Even for many in the church today, the claim of exclusiveness is a troubling and divisive one. Our culture has so absorbed the doctrine of individualism and “equality” that to suggest a differing viewpoint is wrong, and especially worthy of being condemned by God, is just, well, so unchristian. But it is exactly that fear, that uncomfortableness, that reticence, that we must overcome if we are going to fairly and truthfully present the gospel of Christ.

I am in no way suggesting we do so in a rude, hateful, or condescending manner. Within the Churches of Christ I am reminded almost daily of our history of shameful rhetoric. But the pendulum can swing too far the other way, and never to challenge an incorrect or dangerous belief is no more loving than it is to ridicule that belief. I am reminded of Alexander Campbell’s practice (which infuriated some of his supporters) of spending time, and even eating several meals, with his debate opponents during his long, and lest we forget, vigorous debates. Campbell never surrendered an inch to those he disagreed with (and, sadly, his prodigious verbal broadsides became the model for far less charitable disciples), but it appears to me that he viewed those he debated as erring opponents and not enemies. There is a huge difference.

Ephesians 4 is a great passage of Scripture, to be sure. But it has a sharp edge – and Paul will go on to say some very harsh, and condemning, words about those who are outside of Christ (walking in futility, darkened in their understanding, alienated from God, ignorant, hard of heart). We must learn to handle that edge carefully and wisely. But, let us never be fearful of that edge to the point that we bury it.

But, What Can We Do?

Kind of been in a funk lately. Everywhere I turn all I see are opportunities for me to throw my hands up in despair and to ask, “What use is it? What can I do?” I look around and in every aspect of our lives we are confronted with a nauseating concoction of racial animosity, open hostility, sexual dysfunction, and a paralyzing narcissism that threatens to destroy our nation. I cite just one example, although many more could be given: as I survey the political landscape two things are beyond debate. One, the Republican party has no answer for Donald Trump. I was desperately hoping that someone with a modicum of composure and decency would step up and challenge him for the nomination for the 2020 presidential election. Nope – be it from a lack of courage or just political calculus, no one wants to challenge his Donaldness. Too bad. Our nation deserves better. But, second, the crop of Democratic challengers is simply beyond stupefying. They are so beholden to the abortion/LGBTQ/socialism cabal that there is not ten cents worth of difference between any of them. Seriously – is it even possible to be a Democratic leader and to think independently or with originality? From what I hear and read, I doubt it.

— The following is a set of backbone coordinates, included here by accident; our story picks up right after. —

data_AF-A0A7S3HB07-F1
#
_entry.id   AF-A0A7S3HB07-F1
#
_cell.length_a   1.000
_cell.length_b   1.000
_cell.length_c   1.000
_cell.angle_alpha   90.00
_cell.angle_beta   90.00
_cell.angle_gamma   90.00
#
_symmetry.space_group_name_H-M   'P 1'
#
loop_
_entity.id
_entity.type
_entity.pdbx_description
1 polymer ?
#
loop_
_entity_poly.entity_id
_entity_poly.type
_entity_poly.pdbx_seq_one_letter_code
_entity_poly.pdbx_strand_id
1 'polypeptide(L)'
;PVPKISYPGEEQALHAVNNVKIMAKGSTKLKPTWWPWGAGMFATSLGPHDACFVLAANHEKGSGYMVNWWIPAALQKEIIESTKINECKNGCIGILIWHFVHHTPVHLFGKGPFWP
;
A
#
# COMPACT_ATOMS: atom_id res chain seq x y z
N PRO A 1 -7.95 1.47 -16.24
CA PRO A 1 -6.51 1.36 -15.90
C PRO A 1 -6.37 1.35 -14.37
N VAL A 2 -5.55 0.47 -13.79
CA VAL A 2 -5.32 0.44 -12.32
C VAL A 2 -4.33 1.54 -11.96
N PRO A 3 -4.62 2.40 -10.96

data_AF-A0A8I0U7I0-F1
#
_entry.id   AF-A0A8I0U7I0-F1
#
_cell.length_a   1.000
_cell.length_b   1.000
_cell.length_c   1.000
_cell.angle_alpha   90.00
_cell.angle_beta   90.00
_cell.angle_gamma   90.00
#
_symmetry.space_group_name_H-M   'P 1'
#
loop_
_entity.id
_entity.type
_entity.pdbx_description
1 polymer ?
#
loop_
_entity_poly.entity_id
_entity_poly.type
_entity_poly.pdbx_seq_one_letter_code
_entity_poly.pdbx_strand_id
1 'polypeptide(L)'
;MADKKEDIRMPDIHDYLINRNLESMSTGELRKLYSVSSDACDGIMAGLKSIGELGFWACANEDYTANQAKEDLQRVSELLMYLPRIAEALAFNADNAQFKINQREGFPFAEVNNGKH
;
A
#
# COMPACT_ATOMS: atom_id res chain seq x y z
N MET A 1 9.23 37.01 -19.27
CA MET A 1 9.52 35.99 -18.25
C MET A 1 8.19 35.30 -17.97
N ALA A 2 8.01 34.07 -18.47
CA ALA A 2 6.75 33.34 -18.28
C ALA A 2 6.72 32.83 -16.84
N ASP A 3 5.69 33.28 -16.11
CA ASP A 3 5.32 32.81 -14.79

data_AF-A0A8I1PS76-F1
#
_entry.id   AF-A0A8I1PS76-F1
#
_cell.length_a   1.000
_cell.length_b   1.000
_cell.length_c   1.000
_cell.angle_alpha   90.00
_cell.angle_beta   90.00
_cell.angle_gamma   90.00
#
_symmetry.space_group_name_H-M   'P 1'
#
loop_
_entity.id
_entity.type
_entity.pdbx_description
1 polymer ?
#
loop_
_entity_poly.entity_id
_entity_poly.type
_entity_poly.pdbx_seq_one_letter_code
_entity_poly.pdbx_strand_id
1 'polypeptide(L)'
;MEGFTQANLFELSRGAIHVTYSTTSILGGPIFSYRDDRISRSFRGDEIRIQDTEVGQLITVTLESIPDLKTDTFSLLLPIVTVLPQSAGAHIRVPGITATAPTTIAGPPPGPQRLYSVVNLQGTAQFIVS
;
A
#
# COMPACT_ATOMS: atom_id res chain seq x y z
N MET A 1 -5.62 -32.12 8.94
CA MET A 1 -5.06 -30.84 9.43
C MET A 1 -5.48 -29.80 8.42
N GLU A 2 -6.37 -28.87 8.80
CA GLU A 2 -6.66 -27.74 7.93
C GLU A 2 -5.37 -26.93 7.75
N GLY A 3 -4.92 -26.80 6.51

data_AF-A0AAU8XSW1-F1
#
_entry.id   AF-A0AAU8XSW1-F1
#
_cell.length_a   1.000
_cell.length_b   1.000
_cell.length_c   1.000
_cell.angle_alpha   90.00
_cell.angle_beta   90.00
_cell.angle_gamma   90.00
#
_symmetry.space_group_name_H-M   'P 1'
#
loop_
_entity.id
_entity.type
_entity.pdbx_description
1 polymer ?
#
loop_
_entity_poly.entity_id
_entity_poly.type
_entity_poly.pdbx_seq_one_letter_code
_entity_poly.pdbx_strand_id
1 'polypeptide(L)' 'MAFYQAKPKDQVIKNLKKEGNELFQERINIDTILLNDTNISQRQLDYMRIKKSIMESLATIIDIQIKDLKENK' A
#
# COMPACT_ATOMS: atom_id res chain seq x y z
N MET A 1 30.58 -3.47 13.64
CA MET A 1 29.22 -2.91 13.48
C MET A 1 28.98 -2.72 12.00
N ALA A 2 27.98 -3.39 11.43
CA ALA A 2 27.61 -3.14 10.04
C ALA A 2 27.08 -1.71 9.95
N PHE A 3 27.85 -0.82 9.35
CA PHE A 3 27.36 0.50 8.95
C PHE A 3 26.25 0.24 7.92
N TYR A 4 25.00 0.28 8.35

So, once again, I ask – what can I do? Is there not something that a mere mortal can do while swimming in this vacuum of moral and ethical standards?

On the one hand, I would say unequivocally, “NO.” Just to be realistic, there are some situations that are just too big and complex for individual humans to change. Serious, lasting, and meaningful change can only be effected by large groups of people who are united, not only in purpose, but in courage and resolve. I know there are many who see the same things I see, but are just not disturbed by them (or, certainly not to the degree with which I am disturbed). Others are far more disturbed than even I am, and propose solutions that not even I am willing to consider.